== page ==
on the street one day and said letís get together. Thereís another singer,
Wallace Gary and a rapper named
K from Texas. Itís just all these
different connections Ė friends of friends.
And this wouldnít have evolved if you had
chosen to produce what the labels wanted you to.
Yeah, EXACTLY. From not having a road map for what I wanted to do, the
whole experience became its own road map. Everyoneís contribution makes
sense Ė in that itís speaking to the whole overall tone of what I wanted to
deal with. K has a song called ďFamilyĒ and he talks about the relationship
of a father and a son. When a father chastises a son, the son has no
understanding or idea why. But later on when he grows up, he gets it. And
then K talks about his sister and sibling rivalry Ė and then he says a line
something about seeing the eyes of the mother and father within them. Love
your blood because when sheís gone, there wonít be anything left BUT you
two. You donít hear that message in hip hop so again, everything just
became itís own.
What do you want people to remember you for?
Iíve always feared someone asking me that question. Youíre the
first person to ask me that and Iíve always feared that question. I donít
really know the answer to that. If anything, just remember that I believe
in God. And that the Creator exists and
thereís a reason and meaning for all this. Thatís just how I strive to live
my life Ė to be a part of that and to make sure that we remember that
thereís a connection between us all.
I was just saying to K-OS earlier when he was talking about different
American west coast rappers and east coast rappers and how someone in
particular did a song together that he didnít expect. I said that we have
to do things like that Ė someone has to stand up and show our similarities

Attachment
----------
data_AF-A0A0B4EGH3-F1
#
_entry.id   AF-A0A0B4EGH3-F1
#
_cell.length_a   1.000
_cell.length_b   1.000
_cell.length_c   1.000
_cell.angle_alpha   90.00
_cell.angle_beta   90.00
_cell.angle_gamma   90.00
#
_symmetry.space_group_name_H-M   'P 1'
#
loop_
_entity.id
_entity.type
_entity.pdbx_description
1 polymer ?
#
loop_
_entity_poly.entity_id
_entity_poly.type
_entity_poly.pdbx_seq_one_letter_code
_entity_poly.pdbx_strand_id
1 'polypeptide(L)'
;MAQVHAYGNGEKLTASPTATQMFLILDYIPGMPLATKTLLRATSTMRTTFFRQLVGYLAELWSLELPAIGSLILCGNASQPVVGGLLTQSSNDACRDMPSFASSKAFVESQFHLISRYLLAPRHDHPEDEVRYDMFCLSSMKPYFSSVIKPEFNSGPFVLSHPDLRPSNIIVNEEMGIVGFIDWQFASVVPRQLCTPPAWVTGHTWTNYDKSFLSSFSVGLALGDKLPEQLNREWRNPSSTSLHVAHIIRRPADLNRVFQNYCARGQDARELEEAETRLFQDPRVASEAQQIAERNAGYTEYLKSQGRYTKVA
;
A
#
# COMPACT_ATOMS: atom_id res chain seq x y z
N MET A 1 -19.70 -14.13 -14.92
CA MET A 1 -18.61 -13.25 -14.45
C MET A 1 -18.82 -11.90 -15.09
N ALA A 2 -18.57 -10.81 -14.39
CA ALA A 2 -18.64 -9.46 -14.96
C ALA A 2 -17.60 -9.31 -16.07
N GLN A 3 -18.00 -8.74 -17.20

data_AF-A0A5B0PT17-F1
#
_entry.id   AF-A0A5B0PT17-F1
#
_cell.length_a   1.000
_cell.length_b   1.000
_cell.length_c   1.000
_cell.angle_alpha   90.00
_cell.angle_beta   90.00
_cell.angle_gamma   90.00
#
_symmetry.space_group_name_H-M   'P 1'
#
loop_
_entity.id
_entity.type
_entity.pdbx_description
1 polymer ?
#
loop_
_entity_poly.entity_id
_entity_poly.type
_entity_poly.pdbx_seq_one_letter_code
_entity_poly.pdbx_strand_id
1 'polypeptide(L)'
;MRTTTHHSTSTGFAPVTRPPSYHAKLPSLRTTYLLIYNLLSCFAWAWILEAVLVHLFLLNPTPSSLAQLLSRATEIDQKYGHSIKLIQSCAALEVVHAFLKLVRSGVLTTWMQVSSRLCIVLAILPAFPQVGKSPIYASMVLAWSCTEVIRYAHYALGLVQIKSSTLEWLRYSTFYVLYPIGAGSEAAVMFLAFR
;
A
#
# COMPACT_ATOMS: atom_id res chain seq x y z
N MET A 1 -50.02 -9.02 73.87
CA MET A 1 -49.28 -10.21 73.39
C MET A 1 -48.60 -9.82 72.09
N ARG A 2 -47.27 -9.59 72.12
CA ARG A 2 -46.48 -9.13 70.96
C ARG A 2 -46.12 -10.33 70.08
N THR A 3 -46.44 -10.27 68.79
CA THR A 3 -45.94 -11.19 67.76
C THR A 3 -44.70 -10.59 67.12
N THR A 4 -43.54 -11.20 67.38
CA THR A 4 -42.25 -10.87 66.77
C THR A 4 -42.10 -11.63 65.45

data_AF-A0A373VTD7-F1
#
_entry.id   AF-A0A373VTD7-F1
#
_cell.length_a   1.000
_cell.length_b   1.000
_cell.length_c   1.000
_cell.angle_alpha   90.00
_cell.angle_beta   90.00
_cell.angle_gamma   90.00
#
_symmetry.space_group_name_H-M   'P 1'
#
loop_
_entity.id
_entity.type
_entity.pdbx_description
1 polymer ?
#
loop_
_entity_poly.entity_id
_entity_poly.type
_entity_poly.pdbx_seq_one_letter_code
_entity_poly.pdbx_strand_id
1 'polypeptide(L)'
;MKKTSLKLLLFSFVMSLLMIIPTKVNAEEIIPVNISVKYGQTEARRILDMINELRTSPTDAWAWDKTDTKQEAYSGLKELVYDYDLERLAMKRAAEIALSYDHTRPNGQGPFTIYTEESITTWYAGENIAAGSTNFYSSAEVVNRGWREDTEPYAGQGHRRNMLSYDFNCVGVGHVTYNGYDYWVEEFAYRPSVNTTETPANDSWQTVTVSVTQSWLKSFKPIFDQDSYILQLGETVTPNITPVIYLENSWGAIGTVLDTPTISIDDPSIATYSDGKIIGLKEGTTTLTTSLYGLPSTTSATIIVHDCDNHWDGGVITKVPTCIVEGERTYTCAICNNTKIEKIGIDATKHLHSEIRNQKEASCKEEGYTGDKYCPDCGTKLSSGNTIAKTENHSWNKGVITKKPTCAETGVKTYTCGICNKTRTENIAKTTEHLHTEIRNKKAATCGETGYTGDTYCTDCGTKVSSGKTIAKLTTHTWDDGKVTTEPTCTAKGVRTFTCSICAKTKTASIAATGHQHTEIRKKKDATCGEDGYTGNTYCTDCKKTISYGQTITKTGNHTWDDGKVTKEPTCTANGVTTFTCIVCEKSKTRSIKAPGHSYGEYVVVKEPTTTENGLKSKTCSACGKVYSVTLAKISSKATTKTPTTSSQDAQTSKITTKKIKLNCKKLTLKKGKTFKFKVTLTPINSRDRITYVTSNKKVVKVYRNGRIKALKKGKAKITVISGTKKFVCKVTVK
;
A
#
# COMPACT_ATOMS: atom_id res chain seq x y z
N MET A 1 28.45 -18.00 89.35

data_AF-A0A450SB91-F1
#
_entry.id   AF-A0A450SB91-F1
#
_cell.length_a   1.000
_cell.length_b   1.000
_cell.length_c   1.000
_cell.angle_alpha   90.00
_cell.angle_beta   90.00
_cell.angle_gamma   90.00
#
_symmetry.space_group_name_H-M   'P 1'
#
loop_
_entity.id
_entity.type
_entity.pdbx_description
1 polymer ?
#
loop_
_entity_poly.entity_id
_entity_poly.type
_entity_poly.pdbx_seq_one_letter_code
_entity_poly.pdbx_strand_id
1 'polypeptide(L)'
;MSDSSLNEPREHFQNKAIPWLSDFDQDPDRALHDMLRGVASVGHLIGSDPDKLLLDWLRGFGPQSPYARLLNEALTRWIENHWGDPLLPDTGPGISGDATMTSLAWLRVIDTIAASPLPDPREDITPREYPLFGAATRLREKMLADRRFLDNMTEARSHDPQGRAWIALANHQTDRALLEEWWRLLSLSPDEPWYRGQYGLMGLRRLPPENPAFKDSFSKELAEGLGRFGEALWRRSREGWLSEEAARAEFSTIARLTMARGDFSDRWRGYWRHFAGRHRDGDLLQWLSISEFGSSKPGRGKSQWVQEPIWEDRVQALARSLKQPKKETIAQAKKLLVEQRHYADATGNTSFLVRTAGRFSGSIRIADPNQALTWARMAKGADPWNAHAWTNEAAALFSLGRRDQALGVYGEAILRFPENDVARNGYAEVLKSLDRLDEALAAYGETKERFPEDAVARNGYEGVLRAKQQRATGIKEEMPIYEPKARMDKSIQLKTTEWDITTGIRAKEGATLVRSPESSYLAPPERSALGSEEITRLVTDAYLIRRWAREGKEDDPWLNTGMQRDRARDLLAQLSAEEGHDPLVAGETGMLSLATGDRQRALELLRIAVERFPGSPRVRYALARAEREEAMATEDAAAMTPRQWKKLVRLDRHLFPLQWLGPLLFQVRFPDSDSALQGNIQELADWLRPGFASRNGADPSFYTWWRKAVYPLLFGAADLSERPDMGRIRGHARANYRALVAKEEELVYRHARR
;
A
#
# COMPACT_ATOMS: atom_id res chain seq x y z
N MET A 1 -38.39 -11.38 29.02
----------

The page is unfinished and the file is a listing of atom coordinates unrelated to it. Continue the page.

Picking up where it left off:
because we spend too much time talking about our differences. And when we
do that, we stay separated. For me, Iím just trying to honour and obey the
Creator and trying to bridge some gaps in humanity. So, what do I want to
be remembered for? I donít really want to be remembered. I just want
people to be on that same vibe. We spend too much time stomping one another
out Ė verbally and backbiting on other people. We are all going to go
through hard things in our lives. You may forget that when youíre talking
about someone and then when you go through it, youíre going to wish that
someone offered you compassion. Being Muslim, you really strive to be
humble every moment and we may not always be, but when youíre talking about
a soul that may not be here, it should be something to do with that. For
me, Iím just trying to get to heaven. Thatís where the name of my
production company comes from Ė Garden Seeker - trying to get to the gardens
of paradise. I want anyone around me to be part of that. This life is not
permanent and there is more to come and I want to be there.
If you could work with any artist (living or
past), who would they be?
I saw when I was watching the Grammys last week that
Elliott Smith had passed
away. When I saw that my face just dropped. I had always wanted to work
with him. I know that people were saying that his music was dark. But his
energy was definitely felt. It felt like life to me. Yes, there was a
darkness and Iím always attracted to dark chords anyway and he would play
these chords and Iíd be like Ďwhoaí. He kind of reminded me of the Beatles
to some degree with some of his structure and Iím a Beatles fan so that was
the immediate connection but then there was a deeper part of it that was
just so dark. And what he was writing about Ė I connected with it. I think
the album was called ĎXOí and thatís the first album that Iíve heard on
him. I know he has a lot more material. Wish list? Definitely Elliott
Smith. Anyone else? Thatís such a difficult question. Thereís so many
people past and present that are inspirational to me. I may not necessarily
want to work with some people. Like a Marvin
Gaye or something like that. Maybe not to do music with him but
just to talk to the brother. Obviously, he had seen some things in his
life. There are also so many up and coming kids.
I would like to sit and talk with 50 Cent.
Not because heís the thing right now but I
think that heís gone through some things in his life. The way that he
presents himself in interviews, heís a very intelligent person. I would
like to talk to him about other things in life because I think heís in a
position, as Tupac was, to really
empower the youth and those that are struggling. They can identify with
that struggle even though they may not have lived it. I think that
sometimes when people have grown up the way that heís grown up, thereís a
mentality that comes through which is not always positive. Unfortunately,
when you grow up on the streets, you get frustrated because your heart is
pure and good and youíre trying to choose that righteous path but due to all
these other obstacles, it gets you to the point of frustration and then it
turns into rage. Then that rage can lead you down the wrong alley. So,